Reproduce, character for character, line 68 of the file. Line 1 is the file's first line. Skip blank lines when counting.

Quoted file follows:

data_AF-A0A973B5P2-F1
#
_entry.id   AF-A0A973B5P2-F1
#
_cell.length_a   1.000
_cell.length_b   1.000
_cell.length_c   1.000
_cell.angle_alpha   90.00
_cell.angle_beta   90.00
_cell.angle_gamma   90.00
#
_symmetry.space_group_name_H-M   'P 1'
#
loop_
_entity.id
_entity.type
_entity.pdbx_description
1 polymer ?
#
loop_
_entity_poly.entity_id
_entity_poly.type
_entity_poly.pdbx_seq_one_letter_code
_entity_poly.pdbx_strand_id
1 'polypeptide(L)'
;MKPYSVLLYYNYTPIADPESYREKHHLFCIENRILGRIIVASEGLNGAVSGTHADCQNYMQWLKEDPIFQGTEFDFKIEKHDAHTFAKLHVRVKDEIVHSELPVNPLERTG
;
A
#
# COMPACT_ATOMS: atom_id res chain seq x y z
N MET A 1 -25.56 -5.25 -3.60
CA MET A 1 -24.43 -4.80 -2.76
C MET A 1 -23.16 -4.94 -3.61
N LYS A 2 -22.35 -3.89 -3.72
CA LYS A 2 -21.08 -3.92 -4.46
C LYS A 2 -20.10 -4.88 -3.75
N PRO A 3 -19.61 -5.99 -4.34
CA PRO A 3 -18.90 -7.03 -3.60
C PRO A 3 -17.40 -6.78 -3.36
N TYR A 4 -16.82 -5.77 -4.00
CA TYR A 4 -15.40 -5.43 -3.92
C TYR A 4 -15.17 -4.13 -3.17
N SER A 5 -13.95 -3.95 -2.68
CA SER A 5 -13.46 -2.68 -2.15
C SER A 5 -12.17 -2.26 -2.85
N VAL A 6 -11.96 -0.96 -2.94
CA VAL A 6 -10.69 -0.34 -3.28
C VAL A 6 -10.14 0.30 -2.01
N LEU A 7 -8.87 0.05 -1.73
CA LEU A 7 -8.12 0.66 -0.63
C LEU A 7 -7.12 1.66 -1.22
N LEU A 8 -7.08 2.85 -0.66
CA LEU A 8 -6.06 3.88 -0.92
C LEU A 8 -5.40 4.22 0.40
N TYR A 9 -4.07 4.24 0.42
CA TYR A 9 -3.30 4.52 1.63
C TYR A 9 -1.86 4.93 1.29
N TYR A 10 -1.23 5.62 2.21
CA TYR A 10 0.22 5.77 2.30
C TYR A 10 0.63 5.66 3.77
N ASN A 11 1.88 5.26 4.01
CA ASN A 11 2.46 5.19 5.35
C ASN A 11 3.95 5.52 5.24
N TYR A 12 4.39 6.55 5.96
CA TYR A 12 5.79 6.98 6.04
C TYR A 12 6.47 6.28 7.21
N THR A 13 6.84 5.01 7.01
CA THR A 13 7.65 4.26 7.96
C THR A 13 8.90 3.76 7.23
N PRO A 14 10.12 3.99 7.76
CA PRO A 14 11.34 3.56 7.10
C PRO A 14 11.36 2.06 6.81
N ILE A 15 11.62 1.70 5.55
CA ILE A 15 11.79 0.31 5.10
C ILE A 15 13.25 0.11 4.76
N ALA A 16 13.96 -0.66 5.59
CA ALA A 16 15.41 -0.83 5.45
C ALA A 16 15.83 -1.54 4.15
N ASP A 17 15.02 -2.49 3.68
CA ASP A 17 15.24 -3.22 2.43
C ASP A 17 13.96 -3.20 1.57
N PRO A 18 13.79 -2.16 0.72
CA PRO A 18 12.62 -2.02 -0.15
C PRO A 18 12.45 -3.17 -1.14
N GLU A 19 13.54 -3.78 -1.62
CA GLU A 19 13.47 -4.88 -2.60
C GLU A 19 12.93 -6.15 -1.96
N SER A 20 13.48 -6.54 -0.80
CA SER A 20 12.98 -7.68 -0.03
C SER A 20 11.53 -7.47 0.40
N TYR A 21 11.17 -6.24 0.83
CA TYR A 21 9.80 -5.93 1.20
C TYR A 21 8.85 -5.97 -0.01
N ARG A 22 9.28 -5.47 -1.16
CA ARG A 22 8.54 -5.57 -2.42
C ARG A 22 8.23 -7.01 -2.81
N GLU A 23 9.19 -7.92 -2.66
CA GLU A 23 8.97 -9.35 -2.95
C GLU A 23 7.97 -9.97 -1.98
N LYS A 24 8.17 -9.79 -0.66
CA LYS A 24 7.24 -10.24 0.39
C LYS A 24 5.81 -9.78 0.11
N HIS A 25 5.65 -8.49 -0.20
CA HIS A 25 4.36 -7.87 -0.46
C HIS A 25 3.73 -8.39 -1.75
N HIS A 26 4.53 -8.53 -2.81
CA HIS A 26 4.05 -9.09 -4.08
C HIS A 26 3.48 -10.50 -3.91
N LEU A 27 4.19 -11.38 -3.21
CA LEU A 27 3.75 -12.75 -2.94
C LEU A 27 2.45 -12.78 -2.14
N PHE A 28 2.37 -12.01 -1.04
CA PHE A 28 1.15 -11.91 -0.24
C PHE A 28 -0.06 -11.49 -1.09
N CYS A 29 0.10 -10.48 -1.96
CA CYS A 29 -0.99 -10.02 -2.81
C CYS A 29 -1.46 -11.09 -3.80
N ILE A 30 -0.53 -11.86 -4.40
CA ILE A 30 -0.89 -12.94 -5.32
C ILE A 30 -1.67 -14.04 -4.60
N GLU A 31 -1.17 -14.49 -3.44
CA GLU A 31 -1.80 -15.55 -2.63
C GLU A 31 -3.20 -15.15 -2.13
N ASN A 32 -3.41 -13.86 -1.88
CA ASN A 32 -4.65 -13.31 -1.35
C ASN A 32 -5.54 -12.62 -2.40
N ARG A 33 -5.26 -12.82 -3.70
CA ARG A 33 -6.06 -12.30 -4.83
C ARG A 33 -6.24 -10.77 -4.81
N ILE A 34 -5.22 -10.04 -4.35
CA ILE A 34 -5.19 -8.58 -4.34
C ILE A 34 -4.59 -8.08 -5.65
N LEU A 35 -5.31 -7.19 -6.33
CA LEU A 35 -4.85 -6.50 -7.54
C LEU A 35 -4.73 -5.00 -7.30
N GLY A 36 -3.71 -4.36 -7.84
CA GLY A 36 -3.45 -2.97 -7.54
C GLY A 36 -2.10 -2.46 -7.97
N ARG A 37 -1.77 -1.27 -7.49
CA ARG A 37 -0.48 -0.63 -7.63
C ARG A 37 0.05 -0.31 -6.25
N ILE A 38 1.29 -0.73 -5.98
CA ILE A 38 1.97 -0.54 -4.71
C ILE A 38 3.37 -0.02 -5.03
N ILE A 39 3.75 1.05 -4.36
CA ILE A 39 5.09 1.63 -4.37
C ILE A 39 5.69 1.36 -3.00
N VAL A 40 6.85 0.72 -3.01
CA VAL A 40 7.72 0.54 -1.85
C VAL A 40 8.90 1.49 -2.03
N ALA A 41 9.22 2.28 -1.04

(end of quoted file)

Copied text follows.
CA THR A 13 7.65 4.26 7.96